Your mission, if you choose to accept, is to get the chlorine out of your bath and shower.
If you have city water, it’s almost certainly treated with either chlorine (aka bleach) or chloramine for sanitizing purposes. Since I don’t like using bleach as a cleaner in my home, consuming it in drinking water isn’t high on my list.
Someday soon we’ll have to talk about filtering your drinking water when I finally get my filter, but for now, let’s talk skin.
images from Radiant Life; this post is sponsored by Radiant Life
As your largest organ, one of the skin’s jobs is to absorb. That means that anything that goes on your skin, as I discuss in this natural personal products master list, also goes into your body. It’s like eating your lotion, soap, shampoo…and even the water you bathe in. Check this out from the Radiant Life website:
We’ve had a chlorine-filtering attachment on our shower for about two years now. They’re not super expensive (mid-range, I’d say) and are very easy to install and upkeep. I have a reminder in my Google calendar to flip it over every few months to extend the life of the filter and then to install a new filter once a year.
When I take a shower elsewhere, I can often really smell the “chlorine pool” smell in the hot steam now that I don’t have it at my house.
What to Look for in a Shower Filter
First, check your city water report to see if your municipality uses chlorine or chloramine. The latter is MUCH harder to filter out (see below). If you’ve got chlorine, start researching shower filters. Look for:
- Easy to install
- Easy to re-order filters
- Run price analysis, but read the small print – how long will the filter last and how much do replacement filters cost?
- Will it work with your showerhead?
I don’t know that I can recommend a certain brand, as I’ve only tried one (and it’s packed up in a 10×20′ storage unit right now, so I don’t even know what it is). I will say that the one downfall of my filter, which may be true for all of them, I’m not sure, is this: it takes 10-20 seconds for the water temperature to adjust when running through the filter. Annoying.
Radiant Life, a KS sponsor, sells two filters for you to start your search with:
- Rainshow’r Filter (pictured above) – lasts about a year, filters cost half as much as the unit itself, easy to order through Radiant Life
- New Century Shower filter – lasts about 18 mos., a few bucks more expensive than the rainshow’r, but I don’t know where to find replacement filters UPDATE: Ah, I get it now. The housing is sealed, so the whole thing gets replaced every 18 mos., no filter replacements involved.
Do you currently use a shower filter? Do you have a favorite brand or source?
What About Baths?
Immersing my kids in chlorinated water isn’t my favorite thing to do, even though we swim in it in the summer. (Interesting conversation about chlorinated pools and alternative options here.)
We simply use the shower with its hose to fill the bathtub, but I admit it takes about five times as long to get a bath ready. Typically the kids are still undressing and whatnot, but every so often it’s pretty annoying to wait.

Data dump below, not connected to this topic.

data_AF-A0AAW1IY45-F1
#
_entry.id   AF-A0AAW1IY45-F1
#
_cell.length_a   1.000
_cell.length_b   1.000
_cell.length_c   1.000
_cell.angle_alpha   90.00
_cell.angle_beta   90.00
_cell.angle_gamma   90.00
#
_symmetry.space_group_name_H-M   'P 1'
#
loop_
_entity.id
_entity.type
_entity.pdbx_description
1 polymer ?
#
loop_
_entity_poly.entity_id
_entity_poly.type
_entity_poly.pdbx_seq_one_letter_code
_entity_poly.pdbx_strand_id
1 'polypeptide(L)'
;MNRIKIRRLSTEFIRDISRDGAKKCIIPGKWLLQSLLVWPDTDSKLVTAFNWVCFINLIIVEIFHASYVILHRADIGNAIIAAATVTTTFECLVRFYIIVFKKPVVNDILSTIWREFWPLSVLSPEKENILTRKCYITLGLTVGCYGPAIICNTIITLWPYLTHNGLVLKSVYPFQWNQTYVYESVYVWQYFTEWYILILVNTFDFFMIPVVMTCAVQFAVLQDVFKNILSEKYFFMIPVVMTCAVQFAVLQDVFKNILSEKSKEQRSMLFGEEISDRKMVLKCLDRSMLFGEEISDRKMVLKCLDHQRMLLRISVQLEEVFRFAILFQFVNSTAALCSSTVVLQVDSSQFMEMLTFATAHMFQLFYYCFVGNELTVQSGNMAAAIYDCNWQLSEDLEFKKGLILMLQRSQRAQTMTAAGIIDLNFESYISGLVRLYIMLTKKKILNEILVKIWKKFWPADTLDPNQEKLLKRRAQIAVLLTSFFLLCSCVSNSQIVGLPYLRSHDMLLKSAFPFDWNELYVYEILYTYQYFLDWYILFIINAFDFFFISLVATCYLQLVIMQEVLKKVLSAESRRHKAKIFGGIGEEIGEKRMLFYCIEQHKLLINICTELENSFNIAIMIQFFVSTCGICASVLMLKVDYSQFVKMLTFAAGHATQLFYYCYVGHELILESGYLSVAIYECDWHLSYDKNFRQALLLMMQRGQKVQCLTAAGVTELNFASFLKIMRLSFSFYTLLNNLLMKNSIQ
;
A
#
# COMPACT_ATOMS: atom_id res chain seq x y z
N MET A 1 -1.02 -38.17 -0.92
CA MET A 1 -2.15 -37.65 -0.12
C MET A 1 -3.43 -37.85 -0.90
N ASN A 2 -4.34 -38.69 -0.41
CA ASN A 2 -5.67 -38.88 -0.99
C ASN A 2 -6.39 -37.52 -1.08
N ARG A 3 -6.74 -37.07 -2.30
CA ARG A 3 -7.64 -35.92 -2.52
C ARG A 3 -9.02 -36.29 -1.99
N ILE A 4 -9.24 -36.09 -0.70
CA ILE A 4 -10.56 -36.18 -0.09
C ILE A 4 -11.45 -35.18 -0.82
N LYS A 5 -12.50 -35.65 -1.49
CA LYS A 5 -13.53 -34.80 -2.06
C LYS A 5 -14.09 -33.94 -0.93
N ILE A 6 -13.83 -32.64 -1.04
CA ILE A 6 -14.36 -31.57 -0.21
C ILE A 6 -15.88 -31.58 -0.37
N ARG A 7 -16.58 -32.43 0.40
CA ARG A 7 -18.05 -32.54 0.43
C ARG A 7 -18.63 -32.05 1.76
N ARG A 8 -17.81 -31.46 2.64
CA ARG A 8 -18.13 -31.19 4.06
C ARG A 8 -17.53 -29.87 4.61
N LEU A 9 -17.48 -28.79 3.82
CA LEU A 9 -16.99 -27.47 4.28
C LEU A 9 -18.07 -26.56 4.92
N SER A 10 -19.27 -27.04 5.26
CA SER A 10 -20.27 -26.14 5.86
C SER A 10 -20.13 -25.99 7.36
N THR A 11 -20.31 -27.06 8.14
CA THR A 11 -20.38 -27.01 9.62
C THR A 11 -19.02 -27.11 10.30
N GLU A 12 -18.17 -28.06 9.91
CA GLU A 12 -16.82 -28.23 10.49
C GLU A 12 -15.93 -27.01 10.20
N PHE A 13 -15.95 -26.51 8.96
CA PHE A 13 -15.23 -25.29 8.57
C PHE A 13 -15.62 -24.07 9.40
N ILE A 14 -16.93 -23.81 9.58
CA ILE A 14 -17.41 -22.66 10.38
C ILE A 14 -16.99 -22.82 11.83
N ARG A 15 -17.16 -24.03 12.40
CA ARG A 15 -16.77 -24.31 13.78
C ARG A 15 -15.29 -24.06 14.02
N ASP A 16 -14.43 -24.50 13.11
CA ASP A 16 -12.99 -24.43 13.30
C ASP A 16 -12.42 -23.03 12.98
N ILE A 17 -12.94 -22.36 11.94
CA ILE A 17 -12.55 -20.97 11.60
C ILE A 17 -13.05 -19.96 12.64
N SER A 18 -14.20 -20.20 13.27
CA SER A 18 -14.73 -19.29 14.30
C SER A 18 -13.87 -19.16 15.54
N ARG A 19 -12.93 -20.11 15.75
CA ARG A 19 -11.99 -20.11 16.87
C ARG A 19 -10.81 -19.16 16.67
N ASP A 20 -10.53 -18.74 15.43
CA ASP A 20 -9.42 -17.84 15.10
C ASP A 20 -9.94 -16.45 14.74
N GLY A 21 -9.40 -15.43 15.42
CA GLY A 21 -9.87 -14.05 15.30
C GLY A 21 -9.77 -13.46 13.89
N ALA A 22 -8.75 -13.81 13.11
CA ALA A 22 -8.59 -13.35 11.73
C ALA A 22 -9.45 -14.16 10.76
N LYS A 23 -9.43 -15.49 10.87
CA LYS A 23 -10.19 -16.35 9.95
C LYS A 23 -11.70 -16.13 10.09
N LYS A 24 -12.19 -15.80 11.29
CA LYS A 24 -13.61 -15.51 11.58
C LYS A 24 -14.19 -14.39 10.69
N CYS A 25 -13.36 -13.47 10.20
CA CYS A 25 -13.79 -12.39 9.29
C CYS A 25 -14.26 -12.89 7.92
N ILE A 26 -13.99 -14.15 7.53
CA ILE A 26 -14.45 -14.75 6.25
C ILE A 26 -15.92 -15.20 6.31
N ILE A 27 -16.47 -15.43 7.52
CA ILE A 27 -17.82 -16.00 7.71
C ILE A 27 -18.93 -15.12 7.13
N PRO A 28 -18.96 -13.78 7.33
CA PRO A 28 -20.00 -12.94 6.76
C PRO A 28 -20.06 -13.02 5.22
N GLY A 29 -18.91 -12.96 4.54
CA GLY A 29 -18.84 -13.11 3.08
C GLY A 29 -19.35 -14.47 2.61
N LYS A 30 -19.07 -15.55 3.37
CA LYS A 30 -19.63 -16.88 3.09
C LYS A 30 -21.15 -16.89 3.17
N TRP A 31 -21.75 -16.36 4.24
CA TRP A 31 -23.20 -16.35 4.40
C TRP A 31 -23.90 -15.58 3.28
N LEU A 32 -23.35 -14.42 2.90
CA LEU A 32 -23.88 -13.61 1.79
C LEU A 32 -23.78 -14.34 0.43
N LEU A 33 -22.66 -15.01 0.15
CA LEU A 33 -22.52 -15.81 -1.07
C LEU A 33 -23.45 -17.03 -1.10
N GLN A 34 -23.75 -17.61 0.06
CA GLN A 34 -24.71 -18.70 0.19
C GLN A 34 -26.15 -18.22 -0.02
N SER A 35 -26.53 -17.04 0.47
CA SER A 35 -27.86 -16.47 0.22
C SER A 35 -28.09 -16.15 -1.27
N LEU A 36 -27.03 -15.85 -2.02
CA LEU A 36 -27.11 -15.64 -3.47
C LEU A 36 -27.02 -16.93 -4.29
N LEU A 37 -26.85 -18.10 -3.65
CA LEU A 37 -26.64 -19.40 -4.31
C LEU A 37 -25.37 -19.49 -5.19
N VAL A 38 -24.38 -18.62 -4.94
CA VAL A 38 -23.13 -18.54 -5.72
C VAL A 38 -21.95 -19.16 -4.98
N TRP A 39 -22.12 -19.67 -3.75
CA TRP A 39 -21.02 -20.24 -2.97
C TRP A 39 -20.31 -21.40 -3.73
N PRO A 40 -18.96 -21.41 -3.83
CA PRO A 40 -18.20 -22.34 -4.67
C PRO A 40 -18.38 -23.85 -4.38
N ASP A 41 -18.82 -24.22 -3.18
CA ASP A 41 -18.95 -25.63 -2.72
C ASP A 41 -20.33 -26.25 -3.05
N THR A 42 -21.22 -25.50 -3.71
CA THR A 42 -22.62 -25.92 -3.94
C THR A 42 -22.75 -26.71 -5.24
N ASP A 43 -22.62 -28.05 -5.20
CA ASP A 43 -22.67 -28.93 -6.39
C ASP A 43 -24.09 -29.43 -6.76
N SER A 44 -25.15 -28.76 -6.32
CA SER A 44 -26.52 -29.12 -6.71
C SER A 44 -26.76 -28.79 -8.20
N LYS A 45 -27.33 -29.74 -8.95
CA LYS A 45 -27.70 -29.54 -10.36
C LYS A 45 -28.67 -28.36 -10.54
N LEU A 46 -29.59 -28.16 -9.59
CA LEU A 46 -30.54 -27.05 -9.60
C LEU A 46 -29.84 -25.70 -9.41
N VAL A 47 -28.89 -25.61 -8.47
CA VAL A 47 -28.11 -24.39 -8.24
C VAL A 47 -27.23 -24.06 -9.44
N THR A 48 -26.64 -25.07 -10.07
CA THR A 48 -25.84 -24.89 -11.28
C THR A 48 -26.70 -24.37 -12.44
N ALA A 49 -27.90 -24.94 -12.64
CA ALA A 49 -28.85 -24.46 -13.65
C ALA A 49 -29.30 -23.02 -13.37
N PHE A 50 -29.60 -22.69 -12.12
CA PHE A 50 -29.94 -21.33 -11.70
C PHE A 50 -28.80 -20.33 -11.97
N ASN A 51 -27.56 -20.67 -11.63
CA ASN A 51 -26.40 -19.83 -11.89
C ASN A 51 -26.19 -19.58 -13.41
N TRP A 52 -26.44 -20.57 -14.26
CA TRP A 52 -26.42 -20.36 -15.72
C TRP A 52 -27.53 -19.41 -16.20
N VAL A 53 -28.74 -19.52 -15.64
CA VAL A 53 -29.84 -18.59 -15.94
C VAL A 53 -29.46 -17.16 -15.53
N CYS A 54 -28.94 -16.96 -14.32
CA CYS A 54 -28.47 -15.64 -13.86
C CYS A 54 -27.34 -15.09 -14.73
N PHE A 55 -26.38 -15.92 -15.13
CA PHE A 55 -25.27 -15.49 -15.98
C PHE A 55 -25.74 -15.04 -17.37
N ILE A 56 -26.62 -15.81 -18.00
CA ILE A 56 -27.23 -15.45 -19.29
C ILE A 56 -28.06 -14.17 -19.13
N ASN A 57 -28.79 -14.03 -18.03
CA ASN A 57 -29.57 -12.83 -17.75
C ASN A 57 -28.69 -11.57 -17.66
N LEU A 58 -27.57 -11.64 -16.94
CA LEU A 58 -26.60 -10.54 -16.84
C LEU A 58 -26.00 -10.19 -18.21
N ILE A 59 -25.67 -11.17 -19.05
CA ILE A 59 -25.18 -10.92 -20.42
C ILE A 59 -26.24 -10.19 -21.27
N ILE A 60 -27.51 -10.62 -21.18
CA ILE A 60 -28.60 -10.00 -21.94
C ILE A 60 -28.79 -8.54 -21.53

An option for baths that sounds a lot less complicated is a Crystal Ball Bath Dechlorinator (pictured above). You simply run the bath water through the ball then swish it around a little in the bath afterwards. For me, another bonus of that system is portability. You could bring it along to grandma’s house for a week’s vacation…or 3 month stay.
Since my kids have sort of sensitive skin, it makes me feel good to keep extra chemicals off their bodies, hoping to stave off eczema and dryness. Of course, when winter comes, the eczema did start flaring up again…
Do you use a bath filter? Have you noticed any benefits?
It Gets Trickier…Chloramine
I’ll be checking out my new city water when we move into our new house and crossing my fingers that they use chlorine, not chloramine. The only way to filter out chloramine that I can tell is an uber-expensive whole house filter – yikes! Perhaps technology is changing – a quick Google search for “chloramine shower filter” did yield some results. The filters are larger and have two sides, compared to the one I have and pictured here. Hmmm…anyone have experience with these?
The advantage – you don’t have to purchase and maintain separate filters for each individual bath or shower in your home.
The disadvantage – definitely not portable, and expensive. Still needs further filtering for truly high quality drinking water.
Radiant Life does offer the whole house filters, so if you’re interested in looking into those systems, I’m happy to introduce you to Norm and Kathy over there, and they can help you find the best choice for your needs.
If you’ve got well water, you shouldn’t need a special chlorine filter. You get a “bye” this week for the Monday Mission. Check out the full list and see if there’s one you missed that you could tackle this week, or focus on water anyway: store some water for an emergency without using chemicals OR get your water tested to make sure there’s nothing nasty sneaking into your house through the pipes.
RELATED: GRAYL Water Filter Bottle Review
Need More Baby Steps?
Here at Kitchen Stewardship, we’ve always been all about the baby steps. But if you’re just starting your real food and natural living journey, sifting through all that we’ve shared here over the years can be totally overwhelming.
That’s why we took the best 10 rookie “Monday Missions” that used to post once a week and got them all spruced up to send to your inbox – once a week on Mondays, so you can learn to be a kitchen steward one baby step at a time, in a doable sequence.
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